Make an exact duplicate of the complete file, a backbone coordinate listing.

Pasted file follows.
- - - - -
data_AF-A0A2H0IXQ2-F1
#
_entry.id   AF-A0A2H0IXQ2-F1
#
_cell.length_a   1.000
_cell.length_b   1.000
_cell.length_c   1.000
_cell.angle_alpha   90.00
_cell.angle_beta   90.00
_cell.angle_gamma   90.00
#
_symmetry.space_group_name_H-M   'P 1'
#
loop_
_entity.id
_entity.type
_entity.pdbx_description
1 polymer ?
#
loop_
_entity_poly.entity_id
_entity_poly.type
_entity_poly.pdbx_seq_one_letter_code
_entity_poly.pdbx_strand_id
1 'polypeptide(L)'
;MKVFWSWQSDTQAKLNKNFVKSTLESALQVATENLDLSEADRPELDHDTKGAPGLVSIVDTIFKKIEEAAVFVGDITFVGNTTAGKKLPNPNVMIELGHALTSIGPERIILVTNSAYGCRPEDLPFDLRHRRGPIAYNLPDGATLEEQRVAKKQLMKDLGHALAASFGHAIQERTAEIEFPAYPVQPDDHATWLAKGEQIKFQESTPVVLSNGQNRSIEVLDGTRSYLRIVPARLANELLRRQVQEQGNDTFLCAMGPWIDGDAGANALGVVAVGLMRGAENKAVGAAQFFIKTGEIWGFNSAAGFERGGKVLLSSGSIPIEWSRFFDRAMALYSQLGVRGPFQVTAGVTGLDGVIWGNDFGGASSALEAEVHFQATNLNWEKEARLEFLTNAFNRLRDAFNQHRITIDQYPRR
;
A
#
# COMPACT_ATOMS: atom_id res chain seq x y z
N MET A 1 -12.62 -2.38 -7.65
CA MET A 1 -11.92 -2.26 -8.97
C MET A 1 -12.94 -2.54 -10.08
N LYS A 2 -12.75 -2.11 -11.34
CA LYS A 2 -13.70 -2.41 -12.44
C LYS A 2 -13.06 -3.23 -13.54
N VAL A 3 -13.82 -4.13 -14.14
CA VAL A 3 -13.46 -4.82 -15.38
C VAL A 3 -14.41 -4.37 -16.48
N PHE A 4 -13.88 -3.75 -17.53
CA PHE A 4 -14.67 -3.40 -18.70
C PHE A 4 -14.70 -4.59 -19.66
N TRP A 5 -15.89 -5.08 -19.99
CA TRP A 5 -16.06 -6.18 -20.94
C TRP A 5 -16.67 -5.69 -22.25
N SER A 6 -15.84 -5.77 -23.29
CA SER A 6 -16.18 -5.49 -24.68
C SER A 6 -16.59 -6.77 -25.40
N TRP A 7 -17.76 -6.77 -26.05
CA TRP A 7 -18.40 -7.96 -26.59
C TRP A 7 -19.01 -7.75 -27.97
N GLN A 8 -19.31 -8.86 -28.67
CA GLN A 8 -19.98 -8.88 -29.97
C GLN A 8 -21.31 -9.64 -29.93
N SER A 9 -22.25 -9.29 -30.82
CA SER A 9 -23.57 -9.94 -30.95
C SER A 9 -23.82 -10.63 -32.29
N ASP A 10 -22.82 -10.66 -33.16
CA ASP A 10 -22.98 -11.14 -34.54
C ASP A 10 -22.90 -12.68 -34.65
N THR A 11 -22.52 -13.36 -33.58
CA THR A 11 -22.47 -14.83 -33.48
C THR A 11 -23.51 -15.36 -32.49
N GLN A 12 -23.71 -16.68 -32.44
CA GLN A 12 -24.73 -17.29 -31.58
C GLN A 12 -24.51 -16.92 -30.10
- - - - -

data_AF-A0A2H0IXQ2-F1
#
_entry.id   AF-A0A2H0IXQ2-F1
#
_cell.length_a   1.000
_cell.length_b   1.000
_cell.length_c   1.000
_cell.angle_alpha   90.00
_cell.angle_beta   90.00
_cell.angle_gamma   90.00
#
_symmetry.space_group_name_H-M   'P 1'
#
loop_
_entity.id
_entity.type
_entity.pdbx_description
1 polymer ?
#
loop_
_entity_poly.entity_id
_entity_poly.type
_entity_poly.pdbx_seq_one_letter_code
_entity_poly.pdbx_strand_id
1 'polypeptide(L)'
;MKVFWSWQSDTQAKLNKNFVKSTLESALQVATENLDLSEADRPELDHDTKGAPGLVSIVDTIFKKIEEAAVFVGDITFVGNTTAGKKLPNPNVMIELGHALTSIGPERIILVTNSAYGCRPEDLPFDLRHRRGPIAYNLPDGATLEEQRVAKKQLMKDLGHALAASFGHAIQERTAEIEFPAYPVQPDDHATWLAKGEQIKFQESTPVVLSNGQNRSIEVLDGTRSYLRIVPARLANELLRRQVQEQGNDTFLCAMGPWIDGDAGANALGVVAVGLMRGAENKAVGAAQFFIKTGEIWGFNSAAGFERGGKVLLSSGSIPIEWSRFFDRAMALYSQLGVRGPFQVTAGVTGLDGVIWGNDFGGASSALEAEVHFQATNLNWEKEARLEFLTNAFNRLRDAFNQHRITIDQYPRR
;
A
#
# COMPACT_ATOMS: atom_id res chain seq x y z
N MET A 1 -12.62 -2.38 -7.65
CA MET A 1 -11.92 -2.26 -8.97
C MET A 1 -12.94 -2.54 -10.08
N LYS A 2 -12.75 -2.11 -11.34
CA LYS A 2 -13.70 -2.41 -12.44
C LYS A 2 -13.06 -3.23 -13.54
N VAL A 3 -13.82 -4.13 -14.14
CA VAL A 3 -13.46 -4.82 -15.38
C VAL A 3 -14.41 -4.37 -16.48
N PHE A 4 -13.88 -3.75 -17.53
CA PHE A 4 -14.67 -3.40 -18.70
C PHE A 4 -14.70 -4.59 -19.66
N TRP A 5 -15.89 -5.08 -19.99
CA TRP A 5 -16.06 -6.18 -20.94
C TRP A 5 -16.67 -5.69 -22.25
N SER A 6 -15.84 -5.77 -23.29
CA SER A 6 -16.18 -5.49 -24.68
C SER A 6 -16.59 -6.77 -25.40
N TRP A 7 -17.76 -6.77 -26.05
CA TRP A 7 -18.40 -7.96 -26.59
C TRP A 7 -19.01 -7.75 -27.97
N GLN A 8 -19.31 -8.86 -28.67
CA GLN A 8 -19.98 -8.88 -29.97
C GLN A 8 -21.31 -9.64 -29.93
N SER A 9 -22.25 -9.29 -30.82
CA SER A 9 -23.57 -9.94 -30.95
C SER A 9 -23.82 -10.63 -32.29
N ASP A 10 -22.82 -10.66 -33.16
CA ASP A 10 -22.98 -11.14 -34.54
C ASP A 10 -22.90 -12.68 -34.65
N THR A 11 -22.52 -13.36 -33.58
CA THR A 11 -22.47 -14.83 -33.48
C THR A 11 -23.51 -15.36 -32.49
N GLN A 12 -23.71 -16.68 -32.44
CA GLN A 12 -24.73 -17.29 -31.58
C GLN A 12 -24.51 -16.92 -30.10